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returned by “August 2023”

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  • A Routine Laundry-Room Redo Leads to a Structural Scramble

    A co-op in East 73rd Street found compromised load-bearing columns during a renovation. The board took prompt action, assembling a team to reinforce the steel beams with new plates and brick encasement, securing funding through a second mortgage.

  • As Luck Would Have It

    The co-op board in Lower Manhattan is taking New Year's resolutions in the summer during their annual meeting. They also use the opportunity to address foreseeable problems by changing house rules and bylaws.

  • Dog Bites Condo Board

    When dealing with emotional-support animals, co-op and condo boards must be cautious to avoid violating anti-discrimination laws. Boards often find it challenging to address emotional-support animal cases, even when the unit-owner seems to be in the wrong.

  • Electrification Boost

    New guidance from the New York State Energy Research and Development Authority makes it easier to obtain PACE loans for energy-saving projects like electric heating, cooling, and domestic hot water systems. Borrowers repay through property tax bills.

  • Feeding the Reserves

    The reserve fund of a co-op or condo reveals important information about the board's planning, budgeting capabilities, and available resources. A depleted reserve fund and an unbalanced budget indicate significant financial challenges.

  • Fines or Retrofits?

    Co-op and condo boards are concerned about reducing energy consumption to comply with Local Law 97 by 2024 to avoid fines. Switching to electric boilers and LED lighting are common strategies, but the costs can be significant. Many boards are considering whether it is more cost-effective to pay fines or invest in energy-efficient upgrades.

  • Five Days to Evacuate

    A 26-unit condo faced structural issues requiring emergency evacuation. Timely communication, empathy, and preparation were crucial during the process.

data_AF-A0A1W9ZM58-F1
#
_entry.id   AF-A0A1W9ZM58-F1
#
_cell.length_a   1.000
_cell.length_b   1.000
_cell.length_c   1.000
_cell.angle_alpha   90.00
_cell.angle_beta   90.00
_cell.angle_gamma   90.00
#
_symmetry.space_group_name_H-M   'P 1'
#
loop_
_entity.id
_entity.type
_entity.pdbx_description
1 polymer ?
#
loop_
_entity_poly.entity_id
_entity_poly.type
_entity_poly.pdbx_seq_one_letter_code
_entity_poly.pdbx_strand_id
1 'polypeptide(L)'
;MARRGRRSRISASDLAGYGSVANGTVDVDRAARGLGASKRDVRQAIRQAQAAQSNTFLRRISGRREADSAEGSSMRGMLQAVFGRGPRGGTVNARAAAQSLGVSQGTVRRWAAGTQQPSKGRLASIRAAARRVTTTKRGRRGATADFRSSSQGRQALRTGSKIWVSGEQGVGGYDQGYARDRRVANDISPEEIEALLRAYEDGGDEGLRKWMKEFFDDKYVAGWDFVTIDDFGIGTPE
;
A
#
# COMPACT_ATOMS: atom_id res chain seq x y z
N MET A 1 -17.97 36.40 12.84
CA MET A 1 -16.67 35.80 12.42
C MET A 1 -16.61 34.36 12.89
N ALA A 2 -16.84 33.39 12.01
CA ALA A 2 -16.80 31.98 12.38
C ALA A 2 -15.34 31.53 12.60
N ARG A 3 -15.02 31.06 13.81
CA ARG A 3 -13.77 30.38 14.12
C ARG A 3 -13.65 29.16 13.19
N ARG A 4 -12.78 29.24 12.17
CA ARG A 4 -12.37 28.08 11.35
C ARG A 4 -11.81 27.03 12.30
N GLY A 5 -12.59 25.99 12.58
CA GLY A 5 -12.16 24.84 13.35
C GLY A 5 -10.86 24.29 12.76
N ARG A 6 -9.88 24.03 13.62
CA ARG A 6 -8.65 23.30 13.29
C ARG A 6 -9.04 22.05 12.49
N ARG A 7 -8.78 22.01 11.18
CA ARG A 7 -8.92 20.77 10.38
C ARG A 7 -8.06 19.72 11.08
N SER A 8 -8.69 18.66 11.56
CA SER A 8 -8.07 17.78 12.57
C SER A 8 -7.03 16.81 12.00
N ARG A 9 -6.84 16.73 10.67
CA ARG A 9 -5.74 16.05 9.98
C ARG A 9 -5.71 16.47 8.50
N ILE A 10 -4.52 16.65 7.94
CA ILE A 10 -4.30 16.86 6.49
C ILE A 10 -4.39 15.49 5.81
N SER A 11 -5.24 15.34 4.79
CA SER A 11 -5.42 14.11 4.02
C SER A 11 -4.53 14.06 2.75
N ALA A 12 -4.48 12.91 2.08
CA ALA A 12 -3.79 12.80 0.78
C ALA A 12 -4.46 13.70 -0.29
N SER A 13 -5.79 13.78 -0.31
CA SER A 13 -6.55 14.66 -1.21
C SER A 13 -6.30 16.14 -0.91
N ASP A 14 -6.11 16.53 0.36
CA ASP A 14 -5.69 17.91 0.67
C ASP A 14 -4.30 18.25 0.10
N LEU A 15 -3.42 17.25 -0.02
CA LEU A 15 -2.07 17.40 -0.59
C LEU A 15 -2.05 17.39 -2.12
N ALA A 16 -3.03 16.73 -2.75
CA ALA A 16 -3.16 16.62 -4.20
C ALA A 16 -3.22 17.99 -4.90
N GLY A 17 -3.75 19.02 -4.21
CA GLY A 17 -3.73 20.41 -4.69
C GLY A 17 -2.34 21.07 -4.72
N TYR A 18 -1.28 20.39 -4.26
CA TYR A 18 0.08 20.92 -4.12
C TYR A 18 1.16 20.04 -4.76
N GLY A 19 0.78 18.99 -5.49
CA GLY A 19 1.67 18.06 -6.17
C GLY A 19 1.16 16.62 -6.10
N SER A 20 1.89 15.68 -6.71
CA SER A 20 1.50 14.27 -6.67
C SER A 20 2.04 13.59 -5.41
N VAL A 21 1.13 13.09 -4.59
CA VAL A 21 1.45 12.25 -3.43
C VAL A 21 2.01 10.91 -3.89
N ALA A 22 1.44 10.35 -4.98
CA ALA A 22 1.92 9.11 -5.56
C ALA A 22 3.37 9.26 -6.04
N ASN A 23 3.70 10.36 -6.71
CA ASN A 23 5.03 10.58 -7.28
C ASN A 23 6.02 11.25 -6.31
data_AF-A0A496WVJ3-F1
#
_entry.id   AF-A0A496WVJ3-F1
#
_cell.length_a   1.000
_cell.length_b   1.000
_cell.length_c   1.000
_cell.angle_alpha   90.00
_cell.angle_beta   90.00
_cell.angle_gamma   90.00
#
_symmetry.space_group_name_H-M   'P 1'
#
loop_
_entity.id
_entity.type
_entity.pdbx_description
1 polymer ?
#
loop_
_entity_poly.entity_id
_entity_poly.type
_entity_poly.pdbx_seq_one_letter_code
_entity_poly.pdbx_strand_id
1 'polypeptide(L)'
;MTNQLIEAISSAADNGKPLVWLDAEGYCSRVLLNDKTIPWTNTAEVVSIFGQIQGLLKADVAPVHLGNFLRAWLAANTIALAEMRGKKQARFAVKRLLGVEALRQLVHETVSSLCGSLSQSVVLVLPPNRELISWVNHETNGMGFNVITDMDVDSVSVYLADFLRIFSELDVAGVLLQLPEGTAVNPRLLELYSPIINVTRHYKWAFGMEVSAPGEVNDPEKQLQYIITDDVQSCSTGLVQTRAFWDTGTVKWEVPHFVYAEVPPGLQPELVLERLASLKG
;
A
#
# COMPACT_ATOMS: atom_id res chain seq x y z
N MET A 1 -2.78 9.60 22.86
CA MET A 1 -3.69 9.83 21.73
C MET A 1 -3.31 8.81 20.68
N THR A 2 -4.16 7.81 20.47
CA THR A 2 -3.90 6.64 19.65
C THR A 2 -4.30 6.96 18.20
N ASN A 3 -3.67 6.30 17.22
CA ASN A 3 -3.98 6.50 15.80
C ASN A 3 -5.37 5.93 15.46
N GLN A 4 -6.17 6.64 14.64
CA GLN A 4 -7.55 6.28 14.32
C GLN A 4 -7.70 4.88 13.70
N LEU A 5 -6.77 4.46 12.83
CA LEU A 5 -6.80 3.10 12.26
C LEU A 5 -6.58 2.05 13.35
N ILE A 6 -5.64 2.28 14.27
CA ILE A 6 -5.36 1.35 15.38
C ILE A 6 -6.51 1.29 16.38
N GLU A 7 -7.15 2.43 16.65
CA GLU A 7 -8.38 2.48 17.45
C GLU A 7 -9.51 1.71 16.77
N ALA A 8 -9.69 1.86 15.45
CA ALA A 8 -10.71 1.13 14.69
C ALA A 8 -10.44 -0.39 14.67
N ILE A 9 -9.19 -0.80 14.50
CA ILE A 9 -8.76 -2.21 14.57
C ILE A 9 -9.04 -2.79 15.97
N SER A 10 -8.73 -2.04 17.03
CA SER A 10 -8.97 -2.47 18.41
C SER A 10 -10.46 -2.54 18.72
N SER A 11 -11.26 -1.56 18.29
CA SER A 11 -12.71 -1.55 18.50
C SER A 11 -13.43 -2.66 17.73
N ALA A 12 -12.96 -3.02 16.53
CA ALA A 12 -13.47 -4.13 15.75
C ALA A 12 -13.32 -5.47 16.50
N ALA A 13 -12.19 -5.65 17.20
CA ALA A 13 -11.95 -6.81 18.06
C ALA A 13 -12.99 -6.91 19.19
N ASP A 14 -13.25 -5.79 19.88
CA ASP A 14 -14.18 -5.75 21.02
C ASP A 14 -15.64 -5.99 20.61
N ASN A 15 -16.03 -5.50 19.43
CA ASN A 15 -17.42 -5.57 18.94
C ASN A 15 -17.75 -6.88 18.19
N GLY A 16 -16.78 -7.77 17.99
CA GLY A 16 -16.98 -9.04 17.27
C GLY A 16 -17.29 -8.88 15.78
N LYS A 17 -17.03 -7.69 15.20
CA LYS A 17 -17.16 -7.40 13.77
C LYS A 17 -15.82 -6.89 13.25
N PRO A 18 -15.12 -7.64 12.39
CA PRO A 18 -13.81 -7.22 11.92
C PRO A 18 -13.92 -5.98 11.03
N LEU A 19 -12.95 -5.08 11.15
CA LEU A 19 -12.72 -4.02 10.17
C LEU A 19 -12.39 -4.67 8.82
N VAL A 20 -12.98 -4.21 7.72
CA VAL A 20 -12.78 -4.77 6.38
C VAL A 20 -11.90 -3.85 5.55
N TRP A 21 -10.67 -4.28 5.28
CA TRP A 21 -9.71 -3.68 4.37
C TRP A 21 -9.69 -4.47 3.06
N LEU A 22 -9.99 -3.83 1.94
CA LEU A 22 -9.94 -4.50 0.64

• Hard Facts About Insurance

    Currently, co-op and condo board clients are facing challenges due to the hard insurance market, with insurance premiums increasing by 5% to 15%. To keep premiums down, boards can review and consider raising the deductible to avoid smaller claims.

  • How to Create a Roadmap

    Create a building roadmap with a life-cycle analysis, prioritize projects, and explore financial options for compliance, transparency, and cost-effectiveness. Communicate decisions with stakeholders.

  • It’s an Outside Job

    Boards often make the mistake of assuming their managing agent can handle project management on capital projects, leading to costly delays. Hiring a dedicated project manager is crucial for cost-effectiveness and efficient execution.

  • Kathy Kahng, President, 159 Madison Ave.

    Kathy Kahng, the founder of CityRax, a consulting firm specializing in street furniture, has served as the board president for a 12-story, 118-unit co-op in Murray Hill for decades. When she moved in 1989, the co-op was financially troubled, but through strategic measures, including refinancing and selling abandoned units, they improved the situation.

  • Mind the Noise!

    In the case of Bacharach v. Bd. of Mgrs. of the Brooks-Van Horn Condo, a condominium board faced legal consequences for allegedly neglecting its responsibility to enforce house rules regarding excessive noise complaints from one unit against their upstairs neighbors.

  • Not the Time for Amateurs

    The co-op in question installed a $1.5 million electric HVAC system without consulting a mechanical engineer, relying solely on the manufacturer's plan and installation. It was later discovered that the system lacked proper air circulation due to the absence of return lines, leading to its inefficiency. The board should have sought expert advice from engineers or architects and considered a maintenance contract for the system to avoid such issues.

  • Staff Salaries: To Increase or Not

    There is a shortage of workers for porter, doorman, and handyman positions despite higher wages due to prevailing wage regulations. Buildings paying prevailing wages find it hard to revert to lower wages and need to consider the long-term commitment. Unionization can be a strategic choice for attracting and retaining employees.

  • Talking Trash

    To address the rat population, the city has reduced the time garbage can remain at curbside, affecting co-op and condo buildings that must now take it out later. Many maintenance companies providing temporary workers to buildings have experienced turnover, impacting their payroll costs.

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